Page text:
Looking for silver linings
Faculty quickly adapted their curricula for remote settings. For some science courses, computer research replaced labs, such as explorations related to the pandemic. Biology 201 students led by Jonathon Visick, professor of biology, used bioinformatics to research the SARS-COV-2 virus, Students in the Infectious Disease course taught by Greg Ruthig, associate professor of biology, modeled historic epidemics.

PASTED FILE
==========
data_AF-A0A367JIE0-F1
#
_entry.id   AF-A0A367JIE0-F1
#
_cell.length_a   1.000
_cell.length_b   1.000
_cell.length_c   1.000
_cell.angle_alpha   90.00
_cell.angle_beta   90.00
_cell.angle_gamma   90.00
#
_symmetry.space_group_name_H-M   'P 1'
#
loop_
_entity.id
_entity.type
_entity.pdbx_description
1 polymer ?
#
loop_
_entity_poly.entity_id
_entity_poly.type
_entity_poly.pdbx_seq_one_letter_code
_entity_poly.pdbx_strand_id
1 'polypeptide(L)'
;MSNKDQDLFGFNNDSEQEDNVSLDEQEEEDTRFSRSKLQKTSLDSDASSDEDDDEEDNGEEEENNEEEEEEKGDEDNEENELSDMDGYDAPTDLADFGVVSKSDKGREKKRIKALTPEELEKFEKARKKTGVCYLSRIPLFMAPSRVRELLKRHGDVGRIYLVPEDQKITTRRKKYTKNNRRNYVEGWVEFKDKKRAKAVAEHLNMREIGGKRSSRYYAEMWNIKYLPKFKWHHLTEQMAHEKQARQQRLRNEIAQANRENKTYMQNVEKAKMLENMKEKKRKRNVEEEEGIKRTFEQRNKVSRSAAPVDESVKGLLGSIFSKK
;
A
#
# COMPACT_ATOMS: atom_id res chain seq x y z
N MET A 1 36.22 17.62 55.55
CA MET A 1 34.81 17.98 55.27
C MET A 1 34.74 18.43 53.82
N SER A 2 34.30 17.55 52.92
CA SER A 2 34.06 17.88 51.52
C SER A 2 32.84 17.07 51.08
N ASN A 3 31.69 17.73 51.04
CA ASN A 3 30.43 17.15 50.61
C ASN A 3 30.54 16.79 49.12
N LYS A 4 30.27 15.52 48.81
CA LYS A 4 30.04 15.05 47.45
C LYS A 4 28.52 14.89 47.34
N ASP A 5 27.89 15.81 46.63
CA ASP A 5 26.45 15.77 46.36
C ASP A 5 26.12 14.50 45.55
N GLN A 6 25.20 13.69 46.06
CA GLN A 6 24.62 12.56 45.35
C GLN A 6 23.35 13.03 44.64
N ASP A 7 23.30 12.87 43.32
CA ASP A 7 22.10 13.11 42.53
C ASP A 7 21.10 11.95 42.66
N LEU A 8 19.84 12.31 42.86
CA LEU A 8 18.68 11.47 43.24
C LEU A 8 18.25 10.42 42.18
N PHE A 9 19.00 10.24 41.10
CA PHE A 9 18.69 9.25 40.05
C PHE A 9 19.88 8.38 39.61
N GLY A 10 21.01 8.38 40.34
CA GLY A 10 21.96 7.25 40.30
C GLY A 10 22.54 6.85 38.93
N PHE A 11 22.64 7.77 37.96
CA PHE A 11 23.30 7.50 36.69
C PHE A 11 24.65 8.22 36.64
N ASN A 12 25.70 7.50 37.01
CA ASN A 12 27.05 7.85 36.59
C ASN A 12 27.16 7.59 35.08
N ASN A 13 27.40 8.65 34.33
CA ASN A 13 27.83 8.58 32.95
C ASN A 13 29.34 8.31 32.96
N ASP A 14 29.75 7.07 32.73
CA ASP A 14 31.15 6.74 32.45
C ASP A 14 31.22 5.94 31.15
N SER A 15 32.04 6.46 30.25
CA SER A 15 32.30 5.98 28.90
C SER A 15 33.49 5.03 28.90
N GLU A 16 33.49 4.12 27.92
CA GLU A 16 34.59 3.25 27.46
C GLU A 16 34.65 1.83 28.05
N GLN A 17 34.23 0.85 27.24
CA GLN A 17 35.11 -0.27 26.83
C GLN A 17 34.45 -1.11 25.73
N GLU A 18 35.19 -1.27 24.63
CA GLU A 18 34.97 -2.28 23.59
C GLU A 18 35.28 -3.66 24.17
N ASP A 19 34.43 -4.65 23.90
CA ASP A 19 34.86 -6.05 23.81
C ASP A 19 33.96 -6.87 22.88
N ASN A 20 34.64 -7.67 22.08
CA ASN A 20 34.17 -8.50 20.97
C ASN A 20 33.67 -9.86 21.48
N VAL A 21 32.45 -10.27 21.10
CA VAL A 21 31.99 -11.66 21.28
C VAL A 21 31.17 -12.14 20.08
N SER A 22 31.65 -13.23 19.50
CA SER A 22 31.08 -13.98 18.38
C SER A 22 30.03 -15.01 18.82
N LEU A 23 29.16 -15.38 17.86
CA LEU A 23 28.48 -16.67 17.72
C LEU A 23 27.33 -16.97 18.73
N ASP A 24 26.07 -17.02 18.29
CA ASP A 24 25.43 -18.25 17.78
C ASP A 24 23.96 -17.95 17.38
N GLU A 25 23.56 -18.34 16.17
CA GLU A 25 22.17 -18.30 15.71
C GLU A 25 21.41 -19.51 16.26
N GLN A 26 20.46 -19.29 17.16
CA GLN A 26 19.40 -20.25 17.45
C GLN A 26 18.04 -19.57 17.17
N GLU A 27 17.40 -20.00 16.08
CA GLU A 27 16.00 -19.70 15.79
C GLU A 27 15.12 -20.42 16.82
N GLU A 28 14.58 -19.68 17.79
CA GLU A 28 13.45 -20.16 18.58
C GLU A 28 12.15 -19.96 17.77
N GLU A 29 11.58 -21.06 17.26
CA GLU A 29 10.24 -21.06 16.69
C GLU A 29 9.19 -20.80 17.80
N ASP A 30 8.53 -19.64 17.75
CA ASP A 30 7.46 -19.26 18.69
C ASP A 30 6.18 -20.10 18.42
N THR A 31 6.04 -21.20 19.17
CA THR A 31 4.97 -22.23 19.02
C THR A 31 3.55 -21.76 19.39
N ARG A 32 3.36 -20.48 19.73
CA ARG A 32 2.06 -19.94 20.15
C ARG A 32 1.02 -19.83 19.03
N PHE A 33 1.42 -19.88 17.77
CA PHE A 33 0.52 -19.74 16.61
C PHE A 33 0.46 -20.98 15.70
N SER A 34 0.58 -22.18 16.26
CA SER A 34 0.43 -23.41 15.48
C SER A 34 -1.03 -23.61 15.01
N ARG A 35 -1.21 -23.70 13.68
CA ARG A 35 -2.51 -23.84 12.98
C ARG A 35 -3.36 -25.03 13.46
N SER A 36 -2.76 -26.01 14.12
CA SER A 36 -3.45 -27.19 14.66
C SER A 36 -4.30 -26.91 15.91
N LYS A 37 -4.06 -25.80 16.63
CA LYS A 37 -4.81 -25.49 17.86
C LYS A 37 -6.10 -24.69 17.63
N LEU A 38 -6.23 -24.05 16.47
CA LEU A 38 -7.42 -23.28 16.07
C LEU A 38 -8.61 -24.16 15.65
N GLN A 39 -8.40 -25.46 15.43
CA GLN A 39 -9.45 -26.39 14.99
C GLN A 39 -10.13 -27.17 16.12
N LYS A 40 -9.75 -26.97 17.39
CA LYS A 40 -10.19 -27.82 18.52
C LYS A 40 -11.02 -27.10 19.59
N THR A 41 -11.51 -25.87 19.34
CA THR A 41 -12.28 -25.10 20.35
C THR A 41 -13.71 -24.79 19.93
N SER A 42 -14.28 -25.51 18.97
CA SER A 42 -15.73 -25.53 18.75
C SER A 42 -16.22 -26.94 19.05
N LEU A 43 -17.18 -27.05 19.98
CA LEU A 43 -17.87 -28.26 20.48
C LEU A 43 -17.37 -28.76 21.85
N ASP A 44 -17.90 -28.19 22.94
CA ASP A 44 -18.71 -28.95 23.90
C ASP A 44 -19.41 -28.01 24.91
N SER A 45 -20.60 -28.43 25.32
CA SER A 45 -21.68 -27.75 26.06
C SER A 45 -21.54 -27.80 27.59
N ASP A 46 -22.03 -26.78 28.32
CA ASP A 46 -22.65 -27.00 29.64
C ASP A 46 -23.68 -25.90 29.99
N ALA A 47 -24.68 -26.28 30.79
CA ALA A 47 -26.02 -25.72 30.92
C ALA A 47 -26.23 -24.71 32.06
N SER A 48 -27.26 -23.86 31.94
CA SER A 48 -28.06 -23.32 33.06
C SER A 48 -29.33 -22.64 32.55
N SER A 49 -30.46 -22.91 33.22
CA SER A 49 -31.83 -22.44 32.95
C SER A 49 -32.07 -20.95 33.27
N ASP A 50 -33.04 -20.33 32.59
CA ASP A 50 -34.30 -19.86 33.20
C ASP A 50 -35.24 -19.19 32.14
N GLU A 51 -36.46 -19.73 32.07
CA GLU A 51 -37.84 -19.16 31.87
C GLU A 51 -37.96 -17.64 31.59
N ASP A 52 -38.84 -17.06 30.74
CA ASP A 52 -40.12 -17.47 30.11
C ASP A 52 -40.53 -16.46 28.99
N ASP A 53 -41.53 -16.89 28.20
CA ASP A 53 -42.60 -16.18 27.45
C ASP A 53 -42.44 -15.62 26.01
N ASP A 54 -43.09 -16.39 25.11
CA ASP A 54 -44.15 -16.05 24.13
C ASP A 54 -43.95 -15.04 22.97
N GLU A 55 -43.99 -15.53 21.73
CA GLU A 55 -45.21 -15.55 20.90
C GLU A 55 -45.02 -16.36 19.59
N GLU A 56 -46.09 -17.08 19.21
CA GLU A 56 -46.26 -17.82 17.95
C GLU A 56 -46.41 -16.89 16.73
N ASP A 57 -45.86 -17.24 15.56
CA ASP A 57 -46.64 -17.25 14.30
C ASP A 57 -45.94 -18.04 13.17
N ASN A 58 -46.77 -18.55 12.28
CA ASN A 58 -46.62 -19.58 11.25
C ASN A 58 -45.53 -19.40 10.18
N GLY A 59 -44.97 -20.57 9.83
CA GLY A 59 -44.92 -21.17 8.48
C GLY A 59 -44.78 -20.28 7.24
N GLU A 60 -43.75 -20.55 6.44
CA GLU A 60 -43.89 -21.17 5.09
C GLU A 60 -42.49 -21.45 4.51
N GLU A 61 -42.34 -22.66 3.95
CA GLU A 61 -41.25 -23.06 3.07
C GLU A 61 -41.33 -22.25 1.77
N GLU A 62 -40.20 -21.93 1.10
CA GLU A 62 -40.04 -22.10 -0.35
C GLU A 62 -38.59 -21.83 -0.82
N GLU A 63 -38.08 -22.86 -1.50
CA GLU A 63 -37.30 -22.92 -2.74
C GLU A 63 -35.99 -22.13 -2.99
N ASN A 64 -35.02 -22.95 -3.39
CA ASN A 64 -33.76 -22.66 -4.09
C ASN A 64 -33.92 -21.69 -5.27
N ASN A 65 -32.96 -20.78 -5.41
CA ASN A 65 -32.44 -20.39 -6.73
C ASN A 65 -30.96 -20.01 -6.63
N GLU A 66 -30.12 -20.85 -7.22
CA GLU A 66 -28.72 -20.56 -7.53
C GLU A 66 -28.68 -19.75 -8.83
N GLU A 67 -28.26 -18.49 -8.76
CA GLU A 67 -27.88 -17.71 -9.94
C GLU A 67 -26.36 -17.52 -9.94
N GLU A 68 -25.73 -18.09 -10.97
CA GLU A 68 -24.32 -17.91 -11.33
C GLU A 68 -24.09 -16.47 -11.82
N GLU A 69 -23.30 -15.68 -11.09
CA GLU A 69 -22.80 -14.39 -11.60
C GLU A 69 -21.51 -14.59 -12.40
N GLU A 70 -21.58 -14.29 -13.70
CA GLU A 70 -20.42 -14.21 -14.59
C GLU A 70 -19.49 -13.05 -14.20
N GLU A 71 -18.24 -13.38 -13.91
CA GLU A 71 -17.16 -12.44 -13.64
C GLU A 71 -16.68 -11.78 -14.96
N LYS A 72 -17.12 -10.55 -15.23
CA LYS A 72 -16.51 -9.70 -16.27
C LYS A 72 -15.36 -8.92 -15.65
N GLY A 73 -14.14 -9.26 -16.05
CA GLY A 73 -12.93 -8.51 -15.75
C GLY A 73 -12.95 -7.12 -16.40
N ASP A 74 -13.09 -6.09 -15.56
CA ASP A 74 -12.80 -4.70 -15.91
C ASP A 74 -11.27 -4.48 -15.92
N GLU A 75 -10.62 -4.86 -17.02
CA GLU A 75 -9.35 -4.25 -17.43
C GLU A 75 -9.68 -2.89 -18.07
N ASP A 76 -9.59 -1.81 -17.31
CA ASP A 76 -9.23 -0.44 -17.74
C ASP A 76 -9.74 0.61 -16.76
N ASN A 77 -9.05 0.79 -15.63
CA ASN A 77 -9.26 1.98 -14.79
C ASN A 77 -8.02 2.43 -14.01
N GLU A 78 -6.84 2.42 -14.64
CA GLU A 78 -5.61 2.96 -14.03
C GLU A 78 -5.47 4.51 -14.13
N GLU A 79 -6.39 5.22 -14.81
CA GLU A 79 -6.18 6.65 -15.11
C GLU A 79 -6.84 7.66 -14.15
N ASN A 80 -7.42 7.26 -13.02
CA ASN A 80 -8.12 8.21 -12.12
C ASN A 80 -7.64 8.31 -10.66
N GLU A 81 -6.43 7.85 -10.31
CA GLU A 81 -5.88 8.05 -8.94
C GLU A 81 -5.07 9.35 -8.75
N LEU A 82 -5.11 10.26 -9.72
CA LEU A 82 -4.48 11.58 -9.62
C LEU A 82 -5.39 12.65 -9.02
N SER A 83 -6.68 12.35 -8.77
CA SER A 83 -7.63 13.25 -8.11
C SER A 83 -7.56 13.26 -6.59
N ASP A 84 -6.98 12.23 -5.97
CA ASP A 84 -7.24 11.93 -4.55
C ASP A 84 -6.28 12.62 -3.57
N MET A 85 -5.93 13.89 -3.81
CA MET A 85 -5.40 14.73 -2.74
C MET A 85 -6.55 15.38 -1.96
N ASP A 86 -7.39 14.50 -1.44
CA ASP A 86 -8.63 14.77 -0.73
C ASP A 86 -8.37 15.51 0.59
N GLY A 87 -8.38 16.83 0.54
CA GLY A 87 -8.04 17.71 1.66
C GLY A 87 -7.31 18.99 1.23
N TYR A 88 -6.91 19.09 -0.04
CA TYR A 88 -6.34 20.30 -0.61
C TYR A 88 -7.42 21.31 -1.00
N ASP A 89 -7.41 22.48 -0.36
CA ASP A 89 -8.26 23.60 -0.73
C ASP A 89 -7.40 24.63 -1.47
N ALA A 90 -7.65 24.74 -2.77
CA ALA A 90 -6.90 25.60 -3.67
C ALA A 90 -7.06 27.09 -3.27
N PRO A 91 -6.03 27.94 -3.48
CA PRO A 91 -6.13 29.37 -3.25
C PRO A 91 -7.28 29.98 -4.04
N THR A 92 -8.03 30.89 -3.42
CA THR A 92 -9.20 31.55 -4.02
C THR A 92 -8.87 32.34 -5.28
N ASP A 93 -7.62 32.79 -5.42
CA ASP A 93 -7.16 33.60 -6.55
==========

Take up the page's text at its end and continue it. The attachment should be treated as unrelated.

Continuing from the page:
Chemistry professors made videos of lab assignments. “Students collected the data for graphs and other formats,” said Paul Brandt professor of chemistry. “The lab instructors could answer students’ questions during lab hours on Blackboard Collaborate.”
In the art and design department, “we adapted the assignments so students could work on projects at home (like sculpture for their yards/homes) though they might not be using the same materials as in the studio,” said Christine Rabenold, associate professor of art and design. She added that senior art majors held a virtual art exhibit in place of an annual gallery event on campus.